In this episode, the Sigma team explores the question: “Do vegan diets increase the risk of depression?” This is a question that emerges from a few different places. First, it’s common to hear such a claim from proponents of largely animal-based diets. Some reference is often made about how vegan diets can, at best, worsen symptoms or, at worst, even cause depression. Or conversely, they may state that moving away from a plant-based diet will improve mental health outcomes, including depression. And while all of those specific claims aren’t within the scope of this episode, such claims do get people wondering if a plant-exclusive diet is actually a cause of various mental health ailments. But is there a basis for such claims? In this episode, we explore the evidence from two ends: 1) research related to the proposed mechanisms by which a vegan diet could cause problems, and 2) outcome data looking at the impact of such diets. Links: Subscribe to Premium Episode notes page Live event: London, UK (early bird ends Dec 19)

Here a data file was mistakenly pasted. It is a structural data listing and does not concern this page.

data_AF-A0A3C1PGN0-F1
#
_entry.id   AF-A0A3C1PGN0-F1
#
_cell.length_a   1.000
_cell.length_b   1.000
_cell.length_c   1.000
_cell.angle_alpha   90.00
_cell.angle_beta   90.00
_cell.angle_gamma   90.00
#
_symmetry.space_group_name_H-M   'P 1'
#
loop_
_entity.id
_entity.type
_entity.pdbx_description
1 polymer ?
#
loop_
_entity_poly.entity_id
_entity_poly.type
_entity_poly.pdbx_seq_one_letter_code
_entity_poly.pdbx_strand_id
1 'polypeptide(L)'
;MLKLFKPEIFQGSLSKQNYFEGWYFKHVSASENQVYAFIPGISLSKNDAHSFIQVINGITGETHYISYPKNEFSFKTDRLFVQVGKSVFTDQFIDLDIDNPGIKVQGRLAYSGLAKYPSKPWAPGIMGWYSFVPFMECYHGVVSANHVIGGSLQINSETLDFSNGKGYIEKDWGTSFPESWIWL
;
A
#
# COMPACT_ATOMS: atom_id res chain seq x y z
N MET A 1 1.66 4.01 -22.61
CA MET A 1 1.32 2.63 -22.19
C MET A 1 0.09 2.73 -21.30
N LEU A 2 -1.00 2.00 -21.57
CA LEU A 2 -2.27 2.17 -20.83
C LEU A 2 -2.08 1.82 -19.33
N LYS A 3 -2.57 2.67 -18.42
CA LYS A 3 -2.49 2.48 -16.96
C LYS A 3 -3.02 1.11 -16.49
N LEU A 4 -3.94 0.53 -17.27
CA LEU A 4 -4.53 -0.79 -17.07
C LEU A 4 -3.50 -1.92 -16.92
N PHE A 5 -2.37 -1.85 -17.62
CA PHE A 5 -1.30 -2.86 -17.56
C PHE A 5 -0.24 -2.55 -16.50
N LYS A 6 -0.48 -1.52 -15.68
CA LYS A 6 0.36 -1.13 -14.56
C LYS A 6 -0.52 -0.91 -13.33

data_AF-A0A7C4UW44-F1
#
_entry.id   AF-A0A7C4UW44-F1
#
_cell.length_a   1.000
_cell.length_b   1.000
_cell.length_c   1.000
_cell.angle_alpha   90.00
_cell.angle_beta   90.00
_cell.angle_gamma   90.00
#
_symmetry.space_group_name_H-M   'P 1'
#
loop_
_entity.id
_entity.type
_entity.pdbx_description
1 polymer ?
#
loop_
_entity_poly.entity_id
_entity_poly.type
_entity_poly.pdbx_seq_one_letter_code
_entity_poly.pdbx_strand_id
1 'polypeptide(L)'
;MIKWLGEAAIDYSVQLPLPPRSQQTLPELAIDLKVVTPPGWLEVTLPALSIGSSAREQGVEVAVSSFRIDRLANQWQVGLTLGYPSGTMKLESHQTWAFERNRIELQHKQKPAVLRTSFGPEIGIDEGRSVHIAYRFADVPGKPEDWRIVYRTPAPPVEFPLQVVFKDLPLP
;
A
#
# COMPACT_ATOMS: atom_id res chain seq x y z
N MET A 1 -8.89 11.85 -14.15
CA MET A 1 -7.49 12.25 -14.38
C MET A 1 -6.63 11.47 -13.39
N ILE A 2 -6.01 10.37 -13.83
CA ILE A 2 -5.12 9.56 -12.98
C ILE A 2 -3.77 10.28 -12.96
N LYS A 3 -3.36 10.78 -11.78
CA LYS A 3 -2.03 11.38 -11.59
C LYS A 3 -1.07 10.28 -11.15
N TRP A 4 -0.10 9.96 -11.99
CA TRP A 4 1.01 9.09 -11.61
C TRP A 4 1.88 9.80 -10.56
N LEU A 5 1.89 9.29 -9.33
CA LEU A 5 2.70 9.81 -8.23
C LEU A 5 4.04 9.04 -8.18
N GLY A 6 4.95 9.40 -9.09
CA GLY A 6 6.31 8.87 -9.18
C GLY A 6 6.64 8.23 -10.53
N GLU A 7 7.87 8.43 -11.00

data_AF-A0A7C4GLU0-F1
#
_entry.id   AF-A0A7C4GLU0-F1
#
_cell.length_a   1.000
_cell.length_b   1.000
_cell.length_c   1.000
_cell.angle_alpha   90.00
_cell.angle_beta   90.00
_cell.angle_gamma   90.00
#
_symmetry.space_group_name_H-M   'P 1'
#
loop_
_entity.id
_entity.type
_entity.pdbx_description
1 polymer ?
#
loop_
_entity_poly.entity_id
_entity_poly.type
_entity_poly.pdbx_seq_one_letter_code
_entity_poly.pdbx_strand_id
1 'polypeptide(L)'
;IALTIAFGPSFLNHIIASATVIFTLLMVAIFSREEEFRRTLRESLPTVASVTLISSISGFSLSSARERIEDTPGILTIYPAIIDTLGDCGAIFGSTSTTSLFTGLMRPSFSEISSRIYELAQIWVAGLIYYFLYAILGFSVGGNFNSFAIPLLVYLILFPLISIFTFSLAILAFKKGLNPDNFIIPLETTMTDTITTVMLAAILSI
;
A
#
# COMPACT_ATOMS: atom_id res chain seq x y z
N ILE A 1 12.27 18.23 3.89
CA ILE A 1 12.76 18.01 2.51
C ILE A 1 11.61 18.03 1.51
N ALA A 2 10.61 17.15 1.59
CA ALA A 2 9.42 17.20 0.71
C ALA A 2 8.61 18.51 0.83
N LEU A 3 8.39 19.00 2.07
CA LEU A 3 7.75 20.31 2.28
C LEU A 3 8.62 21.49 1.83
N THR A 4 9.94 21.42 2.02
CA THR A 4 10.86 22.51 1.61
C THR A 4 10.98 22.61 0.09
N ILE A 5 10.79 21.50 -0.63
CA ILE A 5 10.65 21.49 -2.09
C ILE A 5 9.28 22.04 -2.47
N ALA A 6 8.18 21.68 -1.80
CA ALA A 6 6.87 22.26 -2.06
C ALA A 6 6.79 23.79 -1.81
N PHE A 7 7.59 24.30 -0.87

Links: Show notes page (incl. study links & related episodes) Subscribe to Sigma Nutrition Premium Live event in London, UK About this episode: Over the past decade, the increasing uptake and acceptance of the Nova food processing classification system has placed focus on one of the categories in Nova; ultra-processed foods (UPFs). Ultra-processed foods (UPFs) are products created from deconstructed (and recombined) food components, usually with the goal of creating a highly palatable, convenient, and profitable product. This typically means such products are high in nutrients of content (e.g. sugar, sodium, saturated fat, etc.). But in addition, they have other characteristics that may make them detrimental to health, particularly when they replace unprocessed or minimally processed foods in the diet. There is now clear evidence showing that when such products make up a large proportion of the diet, such a dietary pattern has negative health effects. However, there are still many unanswered questions and many debates within nutrition science about how to best classify UPFs, to what degree they need to be limited, whether some can be beneficial, and what to do with policy going forward. To offer one perspective on this issue, Associate Professor of Food Politics and Policy at the University of Melbourne, Dr. Gyorgy Scrinis, is on the podcast to discuss his work in the area. While we have discussed the problem of reductionism in nutrition science previously on the podcast, Dr. Scrinis’ use of the term ‘reductionism’ does differ a bit from the way others use the term. For example, he suggests that nutrition science has been too reductive even at the food-level and dietary-pattern level. His work on ultra-processed foods and the Nova classification system has attempted to understand the technological and corporate character of ultra-processed foods, the power of food corporations, and how food corporations shape and capture nutrition science for the purposes of promoting and defending their products.